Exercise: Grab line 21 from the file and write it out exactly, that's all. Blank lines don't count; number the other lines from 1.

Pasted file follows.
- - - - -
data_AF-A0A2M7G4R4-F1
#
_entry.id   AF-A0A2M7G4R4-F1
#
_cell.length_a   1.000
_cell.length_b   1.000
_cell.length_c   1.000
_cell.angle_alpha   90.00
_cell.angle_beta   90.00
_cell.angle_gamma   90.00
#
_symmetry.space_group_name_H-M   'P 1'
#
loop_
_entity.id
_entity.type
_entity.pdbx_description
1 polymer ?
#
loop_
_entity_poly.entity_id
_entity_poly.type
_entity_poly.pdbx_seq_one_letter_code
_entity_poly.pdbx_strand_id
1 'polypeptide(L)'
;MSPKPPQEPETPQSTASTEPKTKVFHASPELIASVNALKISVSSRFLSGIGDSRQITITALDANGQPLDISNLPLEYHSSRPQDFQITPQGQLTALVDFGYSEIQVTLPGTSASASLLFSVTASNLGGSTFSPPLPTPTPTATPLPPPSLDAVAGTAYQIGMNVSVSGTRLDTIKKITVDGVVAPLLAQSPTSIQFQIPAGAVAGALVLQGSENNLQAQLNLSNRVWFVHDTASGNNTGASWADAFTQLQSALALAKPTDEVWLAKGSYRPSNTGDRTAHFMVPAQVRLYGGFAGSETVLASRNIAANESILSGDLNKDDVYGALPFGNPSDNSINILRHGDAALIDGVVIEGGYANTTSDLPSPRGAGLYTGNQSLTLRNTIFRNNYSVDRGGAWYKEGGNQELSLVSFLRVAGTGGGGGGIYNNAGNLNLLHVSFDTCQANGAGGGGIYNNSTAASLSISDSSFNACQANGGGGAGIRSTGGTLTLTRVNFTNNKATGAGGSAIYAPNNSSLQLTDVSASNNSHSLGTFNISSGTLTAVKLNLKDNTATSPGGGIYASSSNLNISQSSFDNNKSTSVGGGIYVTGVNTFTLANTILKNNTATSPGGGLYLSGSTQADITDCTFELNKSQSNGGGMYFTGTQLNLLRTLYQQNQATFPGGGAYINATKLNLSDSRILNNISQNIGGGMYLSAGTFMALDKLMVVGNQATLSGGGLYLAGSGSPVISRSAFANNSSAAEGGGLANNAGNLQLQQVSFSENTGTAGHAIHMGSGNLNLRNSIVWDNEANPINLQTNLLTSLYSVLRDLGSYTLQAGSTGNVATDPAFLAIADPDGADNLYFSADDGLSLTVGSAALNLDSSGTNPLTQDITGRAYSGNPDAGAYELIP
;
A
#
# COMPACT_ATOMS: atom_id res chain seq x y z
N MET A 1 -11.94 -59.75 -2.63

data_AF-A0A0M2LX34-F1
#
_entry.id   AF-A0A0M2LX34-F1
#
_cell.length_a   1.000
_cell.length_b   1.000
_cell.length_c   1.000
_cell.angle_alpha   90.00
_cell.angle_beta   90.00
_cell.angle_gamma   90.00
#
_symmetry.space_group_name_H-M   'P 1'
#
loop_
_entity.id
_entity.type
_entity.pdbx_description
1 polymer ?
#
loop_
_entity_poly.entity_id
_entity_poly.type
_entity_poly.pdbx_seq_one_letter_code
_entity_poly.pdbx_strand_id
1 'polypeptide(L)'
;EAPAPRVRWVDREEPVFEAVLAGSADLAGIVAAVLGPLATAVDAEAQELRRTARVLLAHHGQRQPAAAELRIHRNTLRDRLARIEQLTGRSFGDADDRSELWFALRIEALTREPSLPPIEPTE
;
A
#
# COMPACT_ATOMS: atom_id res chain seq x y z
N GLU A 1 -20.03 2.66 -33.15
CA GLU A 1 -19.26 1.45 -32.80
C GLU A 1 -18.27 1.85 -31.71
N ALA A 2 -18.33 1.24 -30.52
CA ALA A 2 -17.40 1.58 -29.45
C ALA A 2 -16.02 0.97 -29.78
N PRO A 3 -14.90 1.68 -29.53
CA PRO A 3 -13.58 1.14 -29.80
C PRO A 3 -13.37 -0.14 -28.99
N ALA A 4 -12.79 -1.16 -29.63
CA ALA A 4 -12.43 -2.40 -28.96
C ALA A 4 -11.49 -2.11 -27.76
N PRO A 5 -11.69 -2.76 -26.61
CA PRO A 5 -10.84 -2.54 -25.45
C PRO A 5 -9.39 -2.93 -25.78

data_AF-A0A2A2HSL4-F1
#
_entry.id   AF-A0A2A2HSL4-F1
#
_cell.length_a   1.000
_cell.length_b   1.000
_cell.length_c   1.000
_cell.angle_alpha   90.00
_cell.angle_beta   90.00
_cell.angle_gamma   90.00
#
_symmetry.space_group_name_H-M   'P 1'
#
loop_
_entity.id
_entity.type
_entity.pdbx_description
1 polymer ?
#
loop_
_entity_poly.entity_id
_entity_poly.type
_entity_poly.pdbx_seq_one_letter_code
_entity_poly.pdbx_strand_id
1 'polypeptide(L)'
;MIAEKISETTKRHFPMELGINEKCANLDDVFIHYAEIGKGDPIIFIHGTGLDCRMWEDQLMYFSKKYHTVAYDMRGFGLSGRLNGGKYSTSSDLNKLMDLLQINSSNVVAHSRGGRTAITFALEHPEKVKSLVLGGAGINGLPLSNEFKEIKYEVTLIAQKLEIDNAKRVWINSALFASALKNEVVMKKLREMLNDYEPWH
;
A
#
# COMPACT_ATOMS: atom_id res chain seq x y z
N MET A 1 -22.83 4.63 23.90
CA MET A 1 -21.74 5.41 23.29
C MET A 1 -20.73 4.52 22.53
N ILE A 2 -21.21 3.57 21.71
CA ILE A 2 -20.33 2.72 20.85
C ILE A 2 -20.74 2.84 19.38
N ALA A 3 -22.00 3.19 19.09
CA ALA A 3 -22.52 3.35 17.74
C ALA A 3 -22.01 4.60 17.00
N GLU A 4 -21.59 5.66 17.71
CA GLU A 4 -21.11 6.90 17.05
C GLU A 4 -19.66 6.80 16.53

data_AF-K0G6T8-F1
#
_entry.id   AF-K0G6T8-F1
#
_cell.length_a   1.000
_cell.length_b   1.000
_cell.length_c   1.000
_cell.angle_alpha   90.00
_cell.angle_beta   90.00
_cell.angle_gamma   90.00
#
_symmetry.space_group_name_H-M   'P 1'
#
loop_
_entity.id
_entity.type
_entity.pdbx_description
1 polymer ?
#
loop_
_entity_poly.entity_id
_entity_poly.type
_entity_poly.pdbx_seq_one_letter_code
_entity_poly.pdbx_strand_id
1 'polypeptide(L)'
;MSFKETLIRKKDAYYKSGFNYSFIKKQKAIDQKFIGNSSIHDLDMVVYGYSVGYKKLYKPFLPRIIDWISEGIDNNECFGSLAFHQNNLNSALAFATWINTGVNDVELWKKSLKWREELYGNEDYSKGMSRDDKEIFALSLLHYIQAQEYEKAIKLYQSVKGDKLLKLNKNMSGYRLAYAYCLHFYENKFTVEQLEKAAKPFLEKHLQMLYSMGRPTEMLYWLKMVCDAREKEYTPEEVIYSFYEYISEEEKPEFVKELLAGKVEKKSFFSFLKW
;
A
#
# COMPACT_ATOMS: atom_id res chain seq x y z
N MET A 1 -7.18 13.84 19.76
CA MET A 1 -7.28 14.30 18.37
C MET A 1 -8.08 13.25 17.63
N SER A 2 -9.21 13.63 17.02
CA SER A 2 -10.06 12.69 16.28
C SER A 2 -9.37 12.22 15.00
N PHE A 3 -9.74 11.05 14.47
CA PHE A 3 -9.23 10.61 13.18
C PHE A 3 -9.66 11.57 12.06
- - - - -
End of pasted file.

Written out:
_entity_poly.entity_id